New York State Drills Down Into Comcast-TWC Merger

PUC TO VET PUBLIC-INTEREST VALUE OF MELD
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WASHINGTON — The proposed Comcast-Time Warner Cable deal will have to pass Federal Communications Commission muster to be approved, but that is not the only regulator set to weigh in on the deal.

The New York State Public Service Commission has wrapped up three days of hearings into the proposed merger of the first- and second-largest U.S. cable companies, armed with a new, tougher standard for the deal to meet in terms of transferring No. 2 TWC’s systems to No. 1 Comcast in New York City, the nation’s largest market.

The PUC must approve the transfer of any cable-system franchise in New York State.

Last month, New York Gov. Andrew Cuomo, a Democrat, said the commission would “use its new regulatory powers” to conduct a thorough examination into whether the transfer of Time Warner Cable’s New York systems to Comcast was “in the best interest of Time Warner’s New York customers and the State as a whole.”

According to a PSC source speaking on background, that “new power” reference was to the change in the burden-of-proof standard. Formerly, the public service laws required the commission to approve a deal unless it found a violation of law or some other reason it was not in the public interest.

But in April, the law was changed to put the burden of proof on Comcast and Time Warner Cable to prove the merger is in the public interest. That standard is similar to those applied to the state’s telephone companies and electric and gas utilities.

The three hearings were in Buff alo, Albany (the state’s capital) and New York, before a PSC administrative law judge.

According to local news channel Time Warner Cable News, which covered the Buffalo hearing, Administrative Law Judge David Prestemon said the commission’s goal was to ensure that the transaction is in the public interest.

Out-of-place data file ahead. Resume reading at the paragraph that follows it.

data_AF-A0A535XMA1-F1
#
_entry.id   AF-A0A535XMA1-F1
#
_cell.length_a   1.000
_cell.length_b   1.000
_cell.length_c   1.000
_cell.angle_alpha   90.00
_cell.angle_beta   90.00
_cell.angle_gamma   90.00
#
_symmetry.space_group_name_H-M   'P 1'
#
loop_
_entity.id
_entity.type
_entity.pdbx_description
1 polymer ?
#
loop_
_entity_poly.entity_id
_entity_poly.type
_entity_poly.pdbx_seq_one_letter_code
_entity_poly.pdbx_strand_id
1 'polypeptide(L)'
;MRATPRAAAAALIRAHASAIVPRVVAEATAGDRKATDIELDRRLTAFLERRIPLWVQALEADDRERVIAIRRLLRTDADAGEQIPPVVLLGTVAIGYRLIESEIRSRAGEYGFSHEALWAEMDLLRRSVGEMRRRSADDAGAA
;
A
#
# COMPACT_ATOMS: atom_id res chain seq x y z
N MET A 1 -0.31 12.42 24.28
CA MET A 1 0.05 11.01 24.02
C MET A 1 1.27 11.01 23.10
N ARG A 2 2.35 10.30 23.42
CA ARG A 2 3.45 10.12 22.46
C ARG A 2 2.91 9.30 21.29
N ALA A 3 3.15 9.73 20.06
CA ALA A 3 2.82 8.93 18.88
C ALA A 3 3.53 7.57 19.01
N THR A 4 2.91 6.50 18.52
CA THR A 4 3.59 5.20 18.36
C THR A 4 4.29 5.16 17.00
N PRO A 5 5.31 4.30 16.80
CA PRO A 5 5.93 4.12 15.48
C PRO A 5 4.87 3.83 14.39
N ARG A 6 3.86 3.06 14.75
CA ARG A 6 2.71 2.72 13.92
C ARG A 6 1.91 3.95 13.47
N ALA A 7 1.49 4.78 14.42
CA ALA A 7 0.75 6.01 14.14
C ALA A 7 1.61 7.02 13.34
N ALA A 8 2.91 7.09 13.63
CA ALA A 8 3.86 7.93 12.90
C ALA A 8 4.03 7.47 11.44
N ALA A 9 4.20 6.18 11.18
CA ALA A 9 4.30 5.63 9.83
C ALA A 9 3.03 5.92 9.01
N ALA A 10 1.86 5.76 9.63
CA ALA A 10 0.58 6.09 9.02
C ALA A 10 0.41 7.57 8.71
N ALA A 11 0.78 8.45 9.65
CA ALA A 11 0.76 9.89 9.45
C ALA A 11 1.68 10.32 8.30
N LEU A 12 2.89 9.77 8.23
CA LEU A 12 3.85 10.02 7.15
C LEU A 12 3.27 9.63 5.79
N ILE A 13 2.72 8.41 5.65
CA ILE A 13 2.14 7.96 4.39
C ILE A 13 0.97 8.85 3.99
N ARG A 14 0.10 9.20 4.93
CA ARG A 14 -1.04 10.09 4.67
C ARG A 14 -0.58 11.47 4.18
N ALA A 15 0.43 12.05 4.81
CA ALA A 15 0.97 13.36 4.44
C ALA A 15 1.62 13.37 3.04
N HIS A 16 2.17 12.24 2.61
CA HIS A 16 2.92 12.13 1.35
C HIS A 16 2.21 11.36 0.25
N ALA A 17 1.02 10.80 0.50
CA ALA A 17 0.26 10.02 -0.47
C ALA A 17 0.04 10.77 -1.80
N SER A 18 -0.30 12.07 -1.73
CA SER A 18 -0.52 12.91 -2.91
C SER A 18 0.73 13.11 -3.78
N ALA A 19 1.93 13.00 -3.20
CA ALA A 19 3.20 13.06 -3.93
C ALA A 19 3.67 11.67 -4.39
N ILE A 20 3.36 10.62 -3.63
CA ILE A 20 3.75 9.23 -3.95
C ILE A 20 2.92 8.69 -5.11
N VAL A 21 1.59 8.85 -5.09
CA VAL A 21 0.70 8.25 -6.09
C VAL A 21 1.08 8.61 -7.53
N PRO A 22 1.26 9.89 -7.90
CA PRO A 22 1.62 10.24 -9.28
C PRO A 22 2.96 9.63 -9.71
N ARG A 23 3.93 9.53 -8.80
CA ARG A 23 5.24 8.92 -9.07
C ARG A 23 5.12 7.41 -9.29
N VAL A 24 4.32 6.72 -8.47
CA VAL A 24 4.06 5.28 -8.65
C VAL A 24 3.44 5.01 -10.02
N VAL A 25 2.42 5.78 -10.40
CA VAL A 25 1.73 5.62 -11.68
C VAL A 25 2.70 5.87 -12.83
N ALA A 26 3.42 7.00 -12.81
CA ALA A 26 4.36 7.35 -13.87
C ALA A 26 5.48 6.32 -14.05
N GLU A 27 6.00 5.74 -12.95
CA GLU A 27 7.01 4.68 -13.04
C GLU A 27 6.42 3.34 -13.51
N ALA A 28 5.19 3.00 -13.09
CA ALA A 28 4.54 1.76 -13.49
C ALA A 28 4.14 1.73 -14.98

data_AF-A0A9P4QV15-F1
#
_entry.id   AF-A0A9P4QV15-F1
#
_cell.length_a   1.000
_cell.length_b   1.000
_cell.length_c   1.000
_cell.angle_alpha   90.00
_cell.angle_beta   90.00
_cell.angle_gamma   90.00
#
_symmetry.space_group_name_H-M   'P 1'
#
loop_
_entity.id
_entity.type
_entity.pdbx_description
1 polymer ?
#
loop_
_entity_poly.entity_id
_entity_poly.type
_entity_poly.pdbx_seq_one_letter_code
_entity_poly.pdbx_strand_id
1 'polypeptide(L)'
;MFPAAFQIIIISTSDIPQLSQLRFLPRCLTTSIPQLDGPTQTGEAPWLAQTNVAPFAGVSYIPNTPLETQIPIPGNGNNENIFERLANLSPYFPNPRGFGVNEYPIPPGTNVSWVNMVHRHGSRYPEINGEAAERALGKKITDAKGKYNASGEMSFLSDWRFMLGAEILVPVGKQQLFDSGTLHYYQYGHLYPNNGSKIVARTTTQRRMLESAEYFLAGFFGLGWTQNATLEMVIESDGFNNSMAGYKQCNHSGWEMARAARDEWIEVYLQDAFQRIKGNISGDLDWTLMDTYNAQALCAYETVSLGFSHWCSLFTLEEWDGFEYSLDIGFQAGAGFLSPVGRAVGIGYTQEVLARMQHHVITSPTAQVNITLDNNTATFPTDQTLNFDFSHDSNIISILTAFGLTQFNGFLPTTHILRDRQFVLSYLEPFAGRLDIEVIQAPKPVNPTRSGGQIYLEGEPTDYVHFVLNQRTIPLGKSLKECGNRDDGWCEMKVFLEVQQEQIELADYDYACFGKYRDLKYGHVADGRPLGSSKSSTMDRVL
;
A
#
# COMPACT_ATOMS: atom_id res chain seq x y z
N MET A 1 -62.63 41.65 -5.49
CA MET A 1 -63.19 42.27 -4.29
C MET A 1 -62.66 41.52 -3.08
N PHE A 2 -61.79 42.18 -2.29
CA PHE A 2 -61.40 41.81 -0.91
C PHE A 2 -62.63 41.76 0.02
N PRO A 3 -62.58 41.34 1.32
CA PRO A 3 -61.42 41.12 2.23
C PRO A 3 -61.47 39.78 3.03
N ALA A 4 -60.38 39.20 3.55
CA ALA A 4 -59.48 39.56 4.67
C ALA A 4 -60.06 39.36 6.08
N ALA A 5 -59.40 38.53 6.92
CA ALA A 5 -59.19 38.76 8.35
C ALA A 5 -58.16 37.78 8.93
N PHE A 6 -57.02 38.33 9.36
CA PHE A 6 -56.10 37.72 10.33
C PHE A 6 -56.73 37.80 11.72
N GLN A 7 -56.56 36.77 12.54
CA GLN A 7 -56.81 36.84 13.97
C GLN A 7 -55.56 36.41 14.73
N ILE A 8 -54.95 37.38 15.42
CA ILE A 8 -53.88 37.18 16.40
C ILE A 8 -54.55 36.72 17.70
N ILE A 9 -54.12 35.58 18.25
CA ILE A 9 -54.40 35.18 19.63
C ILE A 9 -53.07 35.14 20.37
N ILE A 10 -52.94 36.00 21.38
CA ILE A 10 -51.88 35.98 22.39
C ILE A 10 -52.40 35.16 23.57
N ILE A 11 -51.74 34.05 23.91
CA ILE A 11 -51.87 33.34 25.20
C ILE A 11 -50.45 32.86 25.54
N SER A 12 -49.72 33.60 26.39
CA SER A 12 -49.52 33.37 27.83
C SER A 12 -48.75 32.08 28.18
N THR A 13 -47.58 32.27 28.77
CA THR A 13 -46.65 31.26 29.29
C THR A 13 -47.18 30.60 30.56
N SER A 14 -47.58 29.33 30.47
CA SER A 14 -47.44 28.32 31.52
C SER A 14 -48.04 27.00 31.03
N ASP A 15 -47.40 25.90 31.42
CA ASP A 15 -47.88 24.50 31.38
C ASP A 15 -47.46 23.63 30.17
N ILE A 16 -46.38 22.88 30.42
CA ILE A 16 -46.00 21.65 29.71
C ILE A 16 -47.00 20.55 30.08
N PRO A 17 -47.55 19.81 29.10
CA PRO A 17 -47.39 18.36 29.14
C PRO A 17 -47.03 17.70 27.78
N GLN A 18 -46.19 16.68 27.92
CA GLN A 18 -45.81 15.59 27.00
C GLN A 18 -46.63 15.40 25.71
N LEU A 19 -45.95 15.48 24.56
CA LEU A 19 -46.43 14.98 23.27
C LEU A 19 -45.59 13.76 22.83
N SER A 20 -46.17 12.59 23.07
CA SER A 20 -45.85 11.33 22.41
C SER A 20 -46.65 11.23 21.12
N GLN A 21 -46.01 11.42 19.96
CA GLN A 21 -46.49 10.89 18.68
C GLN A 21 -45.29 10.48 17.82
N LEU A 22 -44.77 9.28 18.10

National Black Chamber of Commerce president and CEO Harry Alford praised Comcast, and said if the companies did not merge with someone. they were going to “fall out or die.”

But TWC News also reported that a member of the “Stop the Cap” coalition criticized Comcast’s broadband-usage policies and did not want them extended to current Time Warner Cable properties.

One issue raised by a pair of legislators, said TWC News, was ensuring that Comcast builds out broadband service, particularly in rural areas. They also offered the novel suggestion that a “government representative” be given a seat on the Comcast board.

A spokesperson for the commission said it would “consider and weigh very carefully the comments it receives from the public at public statement hearings.”

Comcast spokeswoman Sena Fitzmaurice said the MSO planned to work with state officials on the review process.

“We believe there are significant benefits to New York customers for this deal, and there’s no reduction in competition,” she said. “[Consumers will have the same number of choices before the deal as after it. Consumers will get faster Internet speeds and a more advanced video product than they have today — for example, we have 300,000 video choices online and via our apps that TWC customers would have available — TWC has about half of the number of on-demand [selections] on TVs today that we do. These are real, tangible consumer benefits.”

Fitzmaurice also said Comcast would be bringing its low-cost “Internet Essentials” product to New York, Buffalo, Albany and other New York cities without a similar program.

The merger would also boost business services, Fitzmaurice added, which could lower costs and increase competition.

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